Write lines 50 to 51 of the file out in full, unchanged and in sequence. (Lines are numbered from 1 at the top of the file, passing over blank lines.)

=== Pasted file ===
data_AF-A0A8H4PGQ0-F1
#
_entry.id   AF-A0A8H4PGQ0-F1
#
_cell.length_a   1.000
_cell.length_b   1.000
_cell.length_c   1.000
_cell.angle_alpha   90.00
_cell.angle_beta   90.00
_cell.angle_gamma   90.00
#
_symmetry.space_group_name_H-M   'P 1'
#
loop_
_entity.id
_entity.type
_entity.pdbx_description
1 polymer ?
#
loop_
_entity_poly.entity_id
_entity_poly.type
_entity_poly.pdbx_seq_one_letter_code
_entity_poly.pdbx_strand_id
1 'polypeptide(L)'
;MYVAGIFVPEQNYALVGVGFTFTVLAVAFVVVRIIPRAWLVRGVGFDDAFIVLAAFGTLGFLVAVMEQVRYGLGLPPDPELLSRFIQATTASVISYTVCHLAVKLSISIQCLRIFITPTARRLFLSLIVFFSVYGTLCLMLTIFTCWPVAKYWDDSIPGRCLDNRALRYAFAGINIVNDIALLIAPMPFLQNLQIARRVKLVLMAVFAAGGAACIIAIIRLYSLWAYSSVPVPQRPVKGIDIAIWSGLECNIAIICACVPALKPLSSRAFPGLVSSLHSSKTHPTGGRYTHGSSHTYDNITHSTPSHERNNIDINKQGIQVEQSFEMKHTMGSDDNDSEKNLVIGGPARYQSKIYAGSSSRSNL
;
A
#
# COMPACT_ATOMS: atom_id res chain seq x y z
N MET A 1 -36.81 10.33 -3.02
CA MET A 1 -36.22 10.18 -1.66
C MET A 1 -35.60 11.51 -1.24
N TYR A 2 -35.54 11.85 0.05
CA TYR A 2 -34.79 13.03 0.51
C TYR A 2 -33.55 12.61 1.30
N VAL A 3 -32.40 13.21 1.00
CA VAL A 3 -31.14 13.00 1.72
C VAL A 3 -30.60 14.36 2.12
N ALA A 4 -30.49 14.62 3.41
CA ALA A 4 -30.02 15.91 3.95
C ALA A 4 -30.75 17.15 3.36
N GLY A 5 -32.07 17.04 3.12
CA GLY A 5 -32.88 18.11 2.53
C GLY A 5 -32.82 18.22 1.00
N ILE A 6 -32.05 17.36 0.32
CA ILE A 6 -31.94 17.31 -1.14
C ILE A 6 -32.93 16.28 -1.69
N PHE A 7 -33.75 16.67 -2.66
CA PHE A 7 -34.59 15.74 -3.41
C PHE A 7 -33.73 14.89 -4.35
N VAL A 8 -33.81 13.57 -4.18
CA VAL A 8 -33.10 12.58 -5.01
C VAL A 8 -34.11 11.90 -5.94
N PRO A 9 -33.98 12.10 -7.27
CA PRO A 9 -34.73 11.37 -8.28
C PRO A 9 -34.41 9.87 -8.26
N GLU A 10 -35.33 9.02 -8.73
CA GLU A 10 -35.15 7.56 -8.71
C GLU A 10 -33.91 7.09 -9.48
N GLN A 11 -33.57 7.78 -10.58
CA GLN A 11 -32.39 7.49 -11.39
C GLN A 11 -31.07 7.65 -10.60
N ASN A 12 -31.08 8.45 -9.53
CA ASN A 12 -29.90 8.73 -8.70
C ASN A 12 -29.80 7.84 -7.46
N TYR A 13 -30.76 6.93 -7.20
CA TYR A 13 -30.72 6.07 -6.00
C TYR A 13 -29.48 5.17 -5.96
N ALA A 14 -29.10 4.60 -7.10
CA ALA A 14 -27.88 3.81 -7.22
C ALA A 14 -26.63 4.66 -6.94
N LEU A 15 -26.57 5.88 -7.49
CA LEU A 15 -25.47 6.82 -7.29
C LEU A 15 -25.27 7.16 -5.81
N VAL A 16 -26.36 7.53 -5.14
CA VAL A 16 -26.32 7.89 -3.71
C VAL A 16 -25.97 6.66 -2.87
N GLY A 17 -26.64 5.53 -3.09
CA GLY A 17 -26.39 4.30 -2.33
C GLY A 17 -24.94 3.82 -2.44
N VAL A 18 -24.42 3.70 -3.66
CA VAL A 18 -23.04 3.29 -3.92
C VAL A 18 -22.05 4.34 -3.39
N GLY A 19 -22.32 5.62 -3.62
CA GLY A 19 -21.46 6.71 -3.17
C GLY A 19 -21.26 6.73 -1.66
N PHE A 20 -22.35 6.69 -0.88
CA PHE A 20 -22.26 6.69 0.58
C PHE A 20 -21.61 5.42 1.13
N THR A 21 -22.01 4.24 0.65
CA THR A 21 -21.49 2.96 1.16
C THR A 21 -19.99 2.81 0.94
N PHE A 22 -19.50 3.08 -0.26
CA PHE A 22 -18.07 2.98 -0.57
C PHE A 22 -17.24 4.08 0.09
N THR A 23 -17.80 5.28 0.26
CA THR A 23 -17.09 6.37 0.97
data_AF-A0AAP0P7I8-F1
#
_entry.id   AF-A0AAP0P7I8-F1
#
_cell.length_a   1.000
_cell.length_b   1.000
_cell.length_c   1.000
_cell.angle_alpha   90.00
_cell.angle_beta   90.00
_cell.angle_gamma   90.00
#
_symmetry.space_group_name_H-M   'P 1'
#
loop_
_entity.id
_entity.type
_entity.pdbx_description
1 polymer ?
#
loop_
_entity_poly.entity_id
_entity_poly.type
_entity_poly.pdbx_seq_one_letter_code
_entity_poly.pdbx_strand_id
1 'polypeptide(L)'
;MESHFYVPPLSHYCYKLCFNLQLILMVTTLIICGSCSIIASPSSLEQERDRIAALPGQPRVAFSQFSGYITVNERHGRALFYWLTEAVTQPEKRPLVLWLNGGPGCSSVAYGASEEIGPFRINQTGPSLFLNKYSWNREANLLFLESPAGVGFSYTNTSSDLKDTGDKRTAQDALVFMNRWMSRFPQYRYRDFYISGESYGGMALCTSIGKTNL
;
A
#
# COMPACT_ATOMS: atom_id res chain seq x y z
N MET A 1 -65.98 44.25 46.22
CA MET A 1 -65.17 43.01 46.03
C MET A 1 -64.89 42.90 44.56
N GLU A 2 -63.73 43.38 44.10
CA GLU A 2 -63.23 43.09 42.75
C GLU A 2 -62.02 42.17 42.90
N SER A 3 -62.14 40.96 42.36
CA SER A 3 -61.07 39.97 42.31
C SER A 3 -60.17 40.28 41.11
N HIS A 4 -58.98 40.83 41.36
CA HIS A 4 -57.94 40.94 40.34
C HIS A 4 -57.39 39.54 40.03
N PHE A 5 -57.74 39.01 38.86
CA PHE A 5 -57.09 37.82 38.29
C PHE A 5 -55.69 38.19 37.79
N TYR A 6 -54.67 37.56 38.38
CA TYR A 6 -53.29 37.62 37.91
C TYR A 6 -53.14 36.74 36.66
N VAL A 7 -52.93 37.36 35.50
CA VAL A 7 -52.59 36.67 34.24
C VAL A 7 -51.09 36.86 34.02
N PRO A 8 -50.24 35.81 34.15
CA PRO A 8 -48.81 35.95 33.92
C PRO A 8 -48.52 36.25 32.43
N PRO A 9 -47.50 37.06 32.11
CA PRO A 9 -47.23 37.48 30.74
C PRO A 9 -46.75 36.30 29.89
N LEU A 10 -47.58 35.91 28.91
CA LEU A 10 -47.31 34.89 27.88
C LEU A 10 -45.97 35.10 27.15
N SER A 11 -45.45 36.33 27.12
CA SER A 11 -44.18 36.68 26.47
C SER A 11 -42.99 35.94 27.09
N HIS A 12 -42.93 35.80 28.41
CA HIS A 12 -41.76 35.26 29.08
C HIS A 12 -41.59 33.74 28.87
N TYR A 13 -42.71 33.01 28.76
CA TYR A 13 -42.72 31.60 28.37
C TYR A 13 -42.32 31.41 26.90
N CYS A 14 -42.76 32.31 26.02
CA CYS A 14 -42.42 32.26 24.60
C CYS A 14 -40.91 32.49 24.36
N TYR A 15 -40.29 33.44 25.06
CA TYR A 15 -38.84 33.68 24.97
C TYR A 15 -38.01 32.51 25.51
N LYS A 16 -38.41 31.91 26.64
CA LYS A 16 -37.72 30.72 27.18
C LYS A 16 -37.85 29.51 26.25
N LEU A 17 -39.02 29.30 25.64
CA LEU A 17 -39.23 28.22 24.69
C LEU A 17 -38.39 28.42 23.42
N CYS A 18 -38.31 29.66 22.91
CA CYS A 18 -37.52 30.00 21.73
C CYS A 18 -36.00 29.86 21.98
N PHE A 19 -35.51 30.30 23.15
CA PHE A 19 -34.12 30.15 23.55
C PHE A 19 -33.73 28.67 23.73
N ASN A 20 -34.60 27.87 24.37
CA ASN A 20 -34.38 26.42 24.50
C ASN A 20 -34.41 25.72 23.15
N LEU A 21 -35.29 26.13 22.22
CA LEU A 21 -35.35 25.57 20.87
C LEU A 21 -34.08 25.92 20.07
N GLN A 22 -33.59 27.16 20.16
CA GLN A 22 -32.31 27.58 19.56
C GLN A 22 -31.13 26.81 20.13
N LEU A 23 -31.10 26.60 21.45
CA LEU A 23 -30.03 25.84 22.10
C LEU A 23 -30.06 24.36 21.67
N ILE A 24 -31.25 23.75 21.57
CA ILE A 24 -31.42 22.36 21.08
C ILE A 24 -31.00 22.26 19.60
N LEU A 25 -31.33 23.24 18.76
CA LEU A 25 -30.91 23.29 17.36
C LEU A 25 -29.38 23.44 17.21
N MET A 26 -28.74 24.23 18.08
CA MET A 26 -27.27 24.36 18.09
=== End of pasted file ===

CA PHE A 7 -34.59 15.74 -3.41
C PHE A 7 -33.73 14.89 -4.35